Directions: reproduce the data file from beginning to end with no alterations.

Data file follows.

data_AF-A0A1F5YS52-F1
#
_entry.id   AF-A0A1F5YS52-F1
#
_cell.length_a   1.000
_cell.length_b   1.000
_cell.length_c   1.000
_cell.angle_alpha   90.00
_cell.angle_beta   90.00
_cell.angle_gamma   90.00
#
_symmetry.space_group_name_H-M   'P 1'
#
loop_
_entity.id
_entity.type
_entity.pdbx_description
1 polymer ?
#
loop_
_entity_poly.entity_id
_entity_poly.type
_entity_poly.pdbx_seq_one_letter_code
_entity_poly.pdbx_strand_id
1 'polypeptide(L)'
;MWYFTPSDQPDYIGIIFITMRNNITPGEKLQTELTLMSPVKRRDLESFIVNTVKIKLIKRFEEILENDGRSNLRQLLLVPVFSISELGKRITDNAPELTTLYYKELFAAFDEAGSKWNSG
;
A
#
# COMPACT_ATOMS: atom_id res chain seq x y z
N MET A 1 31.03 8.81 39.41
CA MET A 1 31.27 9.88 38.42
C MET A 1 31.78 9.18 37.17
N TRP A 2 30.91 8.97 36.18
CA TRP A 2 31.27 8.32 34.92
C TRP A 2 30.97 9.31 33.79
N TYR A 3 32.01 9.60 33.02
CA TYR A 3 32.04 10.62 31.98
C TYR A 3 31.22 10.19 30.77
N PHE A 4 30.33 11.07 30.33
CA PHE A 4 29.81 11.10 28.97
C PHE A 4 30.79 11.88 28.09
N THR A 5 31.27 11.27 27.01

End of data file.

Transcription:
data_AF-A0A1F5YS52-F1
#
_entry.id   AF-A0A1F5YS52-F1
#
_cell.length_a   1.000
_cell.length_b   1.000
_cell.length_c   1.000
_cell.angle_alpha   90.00
_cell.angle_beta   90.00
_cell.angle_gamma   90.00
#
_symmetry.space_group_name_H-M   'P 1'
#
loop_
_entity.id
_entity.type
_entity.pdbx_description
1 polymer ?
#
loop_
_entity_poly.entity_id
_entity_poly.type
_entity_poly.pdbx_seq_one_letter_code
_entity_poly.pdbx_strand_id
1 'polypeptide(L)'
;MWYFTPSDQPDYIGIIFITMRNNITPGEKLQTELTLMSPVKRRDLESFIVNTVKIKLIKRFEEILENDGRSNLRQLLLVPVFSISELGKRITDNAPELTTLYYKELFAAFDEAGSKWNSG
;
A
#
# COMPACT_ATOMS: atom_id res chain seq x y z
N MET A 1 31.03 8.81 39.41
CA MET A 1 31.27 9.88 38.42
C MET A 1 31.78 9.18 37.17
N TRP A 2 30.91 8.97 36.18
CA TRP A 2 31.27 8.32 34.92
C TRP A 2 30.97 9.31 33.79
N TYR A 3 32.01 9.60 33.02
CA TYR A 3 32.04 10.62 31.98
C TYR A 3 31.22 10.19 30.77
N PHE A 4 30.33 11.07 30.33
CA PHE A 4 29.81 11.10 28.97
C PHE A 4 30.79 11.88 28.09
N THR A 5 31.27 11.27 27.01